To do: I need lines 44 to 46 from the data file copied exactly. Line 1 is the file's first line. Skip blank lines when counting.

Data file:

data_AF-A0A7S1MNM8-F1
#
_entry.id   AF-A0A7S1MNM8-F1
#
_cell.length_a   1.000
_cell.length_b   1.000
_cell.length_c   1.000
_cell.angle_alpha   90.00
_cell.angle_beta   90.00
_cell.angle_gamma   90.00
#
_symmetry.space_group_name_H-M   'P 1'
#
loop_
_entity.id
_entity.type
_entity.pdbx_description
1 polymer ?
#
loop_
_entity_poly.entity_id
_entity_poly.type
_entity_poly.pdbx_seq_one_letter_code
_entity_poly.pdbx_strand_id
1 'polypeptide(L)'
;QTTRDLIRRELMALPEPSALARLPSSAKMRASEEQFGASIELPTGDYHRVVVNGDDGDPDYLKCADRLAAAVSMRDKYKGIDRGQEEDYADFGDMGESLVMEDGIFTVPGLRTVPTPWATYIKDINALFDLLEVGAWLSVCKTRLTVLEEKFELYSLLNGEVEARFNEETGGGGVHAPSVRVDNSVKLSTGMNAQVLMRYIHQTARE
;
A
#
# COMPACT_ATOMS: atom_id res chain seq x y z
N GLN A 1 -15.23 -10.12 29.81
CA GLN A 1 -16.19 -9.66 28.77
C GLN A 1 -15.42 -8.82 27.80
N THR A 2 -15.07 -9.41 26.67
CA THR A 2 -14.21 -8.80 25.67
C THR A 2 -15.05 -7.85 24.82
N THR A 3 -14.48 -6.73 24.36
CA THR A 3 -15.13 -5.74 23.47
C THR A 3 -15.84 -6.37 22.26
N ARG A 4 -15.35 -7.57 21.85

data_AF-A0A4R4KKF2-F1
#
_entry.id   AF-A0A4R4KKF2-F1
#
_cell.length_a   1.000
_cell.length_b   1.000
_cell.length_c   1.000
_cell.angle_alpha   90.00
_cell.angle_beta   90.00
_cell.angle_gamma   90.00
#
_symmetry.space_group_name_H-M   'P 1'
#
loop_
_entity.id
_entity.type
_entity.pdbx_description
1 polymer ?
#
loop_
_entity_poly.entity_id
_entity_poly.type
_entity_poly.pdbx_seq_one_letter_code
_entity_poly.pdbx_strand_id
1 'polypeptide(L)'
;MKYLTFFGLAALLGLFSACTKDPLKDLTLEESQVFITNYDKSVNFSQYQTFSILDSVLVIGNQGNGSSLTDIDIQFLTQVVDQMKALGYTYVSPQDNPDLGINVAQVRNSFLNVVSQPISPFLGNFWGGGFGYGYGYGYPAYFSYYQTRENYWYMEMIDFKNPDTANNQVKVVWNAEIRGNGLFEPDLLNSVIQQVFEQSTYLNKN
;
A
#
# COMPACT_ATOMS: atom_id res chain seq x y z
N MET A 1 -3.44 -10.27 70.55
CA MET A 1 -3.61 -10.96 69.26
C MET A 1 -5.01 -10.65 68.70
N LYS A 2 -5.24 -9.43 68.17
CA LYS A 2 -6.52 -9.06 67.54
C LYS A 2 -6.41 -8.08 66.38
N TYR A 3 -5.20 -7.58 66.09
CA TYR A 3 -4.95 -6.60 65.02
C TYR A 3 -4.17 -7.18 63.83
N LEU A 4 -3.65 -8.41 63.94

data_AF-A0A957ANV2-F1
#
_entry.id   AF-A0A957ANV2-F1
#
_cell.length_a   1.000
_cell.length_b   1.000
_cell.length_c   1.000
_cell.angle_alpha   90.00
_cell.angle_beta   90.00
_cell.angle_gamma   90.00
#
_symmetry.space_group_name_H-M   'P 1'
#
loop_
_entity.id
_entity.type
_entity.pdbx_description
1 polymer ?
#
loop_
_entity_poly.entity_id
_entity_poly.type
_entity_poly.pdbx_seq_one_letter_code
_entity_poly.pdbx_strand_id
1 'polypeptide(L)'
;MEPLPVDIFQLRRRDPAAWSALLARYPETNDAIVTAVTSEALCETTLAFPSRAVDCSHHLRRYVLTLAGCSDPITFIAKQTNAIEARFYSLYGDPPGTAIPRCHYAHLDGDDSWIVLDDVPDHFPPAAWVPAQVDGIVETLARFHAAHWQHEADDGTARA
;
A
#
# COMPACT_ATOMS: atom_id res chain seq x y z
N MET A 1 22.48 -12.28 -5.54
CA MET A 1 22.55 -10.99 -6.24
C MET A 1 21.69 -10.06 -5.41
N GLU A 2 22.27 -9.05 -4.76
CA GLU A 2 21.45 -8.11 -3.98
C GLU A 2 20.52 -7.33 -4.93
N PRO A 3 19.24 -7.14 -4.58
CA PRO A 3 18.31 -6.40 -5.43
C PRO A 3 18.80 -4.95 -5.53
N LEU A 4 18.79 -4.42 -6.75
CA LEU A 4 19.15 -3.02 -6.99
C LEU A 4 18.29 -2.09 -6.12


#
_cell.length_a   1.000
_cell.length_b   1.000